Our Projects

We have worked on more than 90 projects in 19 years - from Cornish palaces to Northern Irish gaols; from listed rollercoasters to industrial mills.

You may select projects within regions/sectors by using the available filters.

The historic site was constructed in 1888 for a well-known local ceramics company, Burgess & Leigh Limited, nestled in the heart of Burslem, Stoke-on-Trent, the world renowned centre of ceramics.

Govanhill Baths main pool

These public baths, built in the early 20th century, are set to be turned into a wellbeing centre by the local group Govanhill Baths Community Trust...

The Montagu Monuments are significant 18th century memorial sculptures in the Grade I listed St Edmund’s Church in Warkton, Northamptonshire...

Wedgwood Institute, The Prince's Regeneration Trust

The Wedgwood Institute was built in 1865 as a place to run courses for the working men of Burslem on science, business and the arts. It has deep-rooted community significance, as its construction was funded entirely by the public...

The Blackpool Heritage Museum project, which aims to transform the town's stunning Pavilion Theatre into a museum of popular culture.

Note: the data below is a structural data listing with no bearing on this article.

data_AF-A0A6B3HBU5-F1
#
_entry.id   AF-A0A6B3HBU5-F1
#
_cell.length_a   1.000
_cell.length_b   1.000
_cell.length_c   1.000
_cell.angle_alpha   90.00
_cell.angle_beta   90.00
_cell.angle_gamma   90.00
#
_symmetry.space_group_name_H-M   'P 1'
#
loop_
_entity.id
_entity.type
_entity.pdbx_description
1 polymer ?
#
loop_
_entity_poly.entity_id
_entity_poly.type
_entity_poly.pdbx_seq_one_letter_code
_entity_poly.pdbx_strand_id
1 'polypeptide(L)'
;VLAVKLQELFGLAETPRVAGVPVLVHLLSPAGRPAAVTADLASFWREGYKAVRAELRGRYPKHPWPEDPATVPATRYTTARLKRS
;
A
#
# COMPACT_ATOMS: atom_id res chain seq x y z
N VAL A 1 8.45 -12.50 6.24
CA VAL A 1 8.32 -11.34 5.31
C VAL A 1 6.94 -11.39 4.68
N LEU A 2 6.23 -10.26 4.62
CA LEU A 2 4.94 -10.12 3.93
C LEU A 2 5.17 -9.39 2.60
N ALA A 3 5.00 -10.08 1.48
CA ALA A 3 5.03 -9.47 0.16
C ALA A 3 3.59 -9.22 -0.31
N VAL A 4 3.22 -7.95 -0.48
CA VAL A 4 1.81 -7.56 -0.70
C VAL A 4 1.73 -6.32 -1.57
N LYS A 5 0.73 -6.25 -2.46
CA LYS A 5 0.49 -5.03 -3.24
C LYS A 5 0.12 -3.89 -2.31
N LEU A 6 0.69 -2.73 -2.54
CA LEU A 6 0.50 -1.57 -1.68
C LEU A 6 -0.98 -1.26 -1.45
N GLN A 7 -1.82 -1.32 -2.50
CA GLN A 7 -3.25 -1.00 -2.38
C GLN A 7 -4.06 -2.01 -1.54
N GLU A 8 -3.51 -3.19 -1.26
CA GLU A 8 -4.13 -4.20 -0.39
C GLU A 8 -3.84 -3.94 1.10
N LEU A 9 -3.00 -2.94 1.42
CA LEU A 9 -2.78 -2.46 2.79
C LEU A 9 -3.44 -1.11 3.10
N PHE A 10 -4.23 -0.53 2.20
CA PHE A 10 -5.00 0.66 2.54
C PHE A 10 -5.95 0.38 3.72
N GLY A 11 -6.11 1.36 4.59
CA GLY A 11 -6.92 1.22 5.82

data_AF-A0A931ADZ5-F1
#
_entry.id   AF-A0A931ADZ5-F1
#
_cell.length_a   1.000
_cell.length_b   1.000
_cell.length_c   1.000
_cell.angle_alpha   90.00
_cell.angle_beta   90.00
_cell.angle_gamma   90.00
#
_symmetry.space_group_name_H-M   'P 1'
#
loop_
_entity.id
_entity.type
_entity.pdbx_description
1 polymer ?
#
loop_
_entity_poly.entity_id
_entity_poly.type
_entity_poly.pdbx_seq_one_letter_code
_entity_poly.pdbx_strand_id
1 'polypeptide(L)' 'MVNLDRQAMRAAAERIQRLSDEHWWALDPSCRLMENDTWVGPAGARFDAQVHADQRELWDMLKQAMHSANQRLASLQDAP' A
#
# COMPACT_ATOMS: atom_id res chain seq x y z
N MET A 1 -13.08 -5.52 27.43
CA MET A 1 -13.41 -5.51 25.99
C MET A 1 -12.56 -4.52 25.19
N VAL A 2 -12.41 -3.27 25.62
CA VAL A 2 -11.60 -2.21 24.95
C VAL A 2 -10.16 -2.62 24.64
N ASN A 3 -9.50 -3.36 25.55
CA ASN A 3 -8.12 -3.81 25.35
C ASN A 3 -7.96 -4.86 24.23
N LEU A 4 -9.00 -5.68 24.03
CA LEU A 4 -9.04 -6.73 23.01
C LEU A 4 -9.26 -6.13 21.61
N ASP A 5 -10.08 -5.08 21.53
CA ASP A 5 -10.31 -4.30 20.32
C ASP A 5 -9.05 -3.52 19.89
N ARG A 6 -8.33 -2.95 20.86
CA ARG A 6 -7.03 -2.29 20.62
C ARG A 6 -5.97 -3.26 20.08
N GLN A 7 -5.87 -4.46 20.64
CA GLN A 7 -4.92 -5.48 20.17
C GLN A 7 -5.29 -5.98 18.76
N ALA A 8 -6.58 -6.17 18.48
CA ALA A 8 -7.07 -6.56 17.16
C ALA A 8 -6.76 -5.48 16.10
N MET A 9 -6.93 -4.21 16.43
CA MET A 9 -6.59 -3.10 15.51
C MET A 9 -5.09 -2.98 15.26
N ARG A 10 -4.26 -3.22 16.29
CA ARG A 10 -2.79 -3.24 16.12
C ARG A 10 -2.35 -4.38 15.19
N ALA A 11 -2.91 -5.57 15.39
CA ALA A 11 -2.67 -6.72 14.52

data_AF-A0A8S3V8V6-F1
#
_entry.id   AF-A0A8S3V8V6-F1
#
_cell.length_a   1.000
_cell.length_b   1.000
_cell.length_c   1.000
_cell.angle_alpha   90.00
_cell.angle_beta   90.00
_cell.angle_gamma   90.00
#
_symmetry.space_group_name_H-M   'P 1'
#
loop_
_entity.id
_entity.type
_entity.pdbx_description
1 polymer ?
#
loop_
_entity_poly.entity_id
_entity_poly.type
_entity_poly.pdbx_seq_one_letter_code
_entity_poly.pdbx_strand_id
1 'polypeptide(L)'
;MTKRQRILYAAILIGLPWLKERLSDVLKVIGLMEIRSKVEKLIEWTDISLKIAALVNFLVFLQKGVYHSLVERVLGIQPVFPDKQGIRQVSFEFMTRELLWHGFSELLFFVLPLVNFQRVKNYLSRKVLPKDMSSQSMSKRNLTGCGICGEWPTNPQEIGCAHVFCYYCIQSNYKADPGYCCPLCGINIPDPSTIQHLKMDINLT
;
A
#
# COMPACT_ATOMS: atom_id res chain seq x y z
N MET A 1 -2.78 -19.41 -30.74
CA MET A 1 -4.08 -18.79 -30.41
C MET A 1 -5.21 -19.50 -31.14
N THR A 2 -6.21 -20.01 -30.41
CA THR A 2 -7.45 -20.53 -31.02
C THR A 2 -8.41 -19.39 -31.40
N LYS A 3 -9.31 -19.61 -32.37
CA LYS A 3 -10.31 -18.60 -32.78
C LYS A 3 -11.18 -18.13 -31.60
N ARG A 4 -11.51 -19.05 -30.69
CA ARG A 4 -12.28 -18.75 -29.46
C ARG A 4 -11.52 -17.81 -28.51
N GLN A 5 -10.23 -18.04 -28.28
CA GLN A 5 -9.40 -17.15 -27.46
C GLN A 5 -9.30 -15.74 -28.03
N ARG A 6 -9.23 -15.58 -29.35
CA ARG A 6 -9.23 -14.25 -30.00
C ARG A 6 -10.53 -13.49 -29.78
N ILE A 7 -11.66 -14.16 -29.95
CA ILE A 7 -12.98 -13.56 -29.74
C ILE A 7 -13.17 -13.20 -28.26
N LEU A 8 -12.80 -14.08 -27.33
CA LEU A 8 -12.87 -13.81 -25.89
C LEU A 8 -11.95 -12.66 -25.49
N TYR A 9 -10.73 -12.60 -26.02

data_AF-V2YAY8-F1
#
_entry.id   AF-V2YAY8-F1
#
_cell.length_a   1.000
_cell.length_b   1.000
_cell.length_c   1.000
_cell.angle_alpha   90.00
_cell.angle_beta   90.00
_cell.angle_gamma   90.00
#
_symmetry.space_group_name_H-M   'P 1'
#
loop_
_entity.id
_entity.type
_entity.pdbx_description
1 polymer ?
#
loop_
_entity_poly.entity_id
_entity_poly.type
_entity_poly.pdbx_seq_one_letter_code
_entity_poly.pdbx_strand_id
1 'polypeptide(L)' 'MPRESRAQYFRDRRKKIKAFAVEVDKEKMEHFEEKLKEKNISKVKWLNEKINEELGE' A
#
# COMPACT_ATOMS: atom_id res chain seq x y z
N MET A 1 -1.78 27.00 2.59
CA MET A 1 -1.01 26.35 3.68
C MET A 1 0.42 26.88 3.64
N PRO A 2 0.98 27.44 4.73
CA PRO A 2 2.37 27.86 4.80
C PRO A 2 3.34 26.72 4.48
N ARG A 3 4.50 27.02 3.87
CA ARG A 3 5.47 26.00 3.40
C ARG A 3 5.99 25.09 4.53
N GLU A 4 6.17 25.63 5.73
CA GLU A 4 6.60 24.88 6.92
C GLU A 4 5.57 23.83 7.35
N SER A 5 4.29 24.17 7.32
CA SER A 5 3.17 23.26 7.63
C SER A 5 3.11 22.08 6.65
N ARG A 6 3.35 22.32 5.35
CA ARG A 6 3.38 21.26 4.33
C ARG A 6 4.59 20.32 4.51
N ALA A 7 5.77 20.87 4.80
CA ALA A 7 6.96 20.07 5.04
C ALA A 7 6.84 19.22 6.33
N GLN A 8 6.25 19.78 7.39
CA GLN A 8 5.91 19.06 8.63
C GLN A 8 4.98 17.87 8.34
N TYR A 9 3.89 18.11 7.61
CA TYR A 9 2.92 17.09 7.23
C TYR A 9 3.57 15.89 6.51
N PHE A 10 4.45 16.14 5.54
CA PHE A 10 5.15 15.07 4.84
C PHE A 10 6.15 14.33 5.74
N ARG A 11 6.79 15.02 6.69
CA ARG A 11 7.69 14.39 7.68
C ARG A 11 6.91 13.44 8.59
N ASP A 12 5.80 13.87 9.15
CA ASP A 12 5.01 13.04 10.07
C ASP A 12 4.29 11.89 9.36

We worked with Bletchley Park Trust to begin the restoration of one of the most important historic sites in the country. The huts at Bletchley housed highly secret communications, cipher and code operations.

Anchor Mills closed in the 1980s and rapidly fell into dereliction. Its abandonment and neglect was a physical illustration of the wider industrial and economic decline of the area.

Armagh Gaol consisted of three prisons - one for women, one for debtors and one for felons. Executions were common, taking place in the Gaol square, but were later moved behind the prison walls.

The Maltings were built by Bass Breweries at the start of the 20th century and were the largest of their kind in the country. Some of the buildings still contain equipment of the former malting processes.

We acted as the Project Advisor for the heritage elements of the scheme to restore the main and establish a museum on site. The building was built in 1776 and significantly extended in 1788 by Sir John Soane. It was acquired by the Royal Air Force in 1926 and housed the headquarters of Fighter Command during the Battle of Britain.

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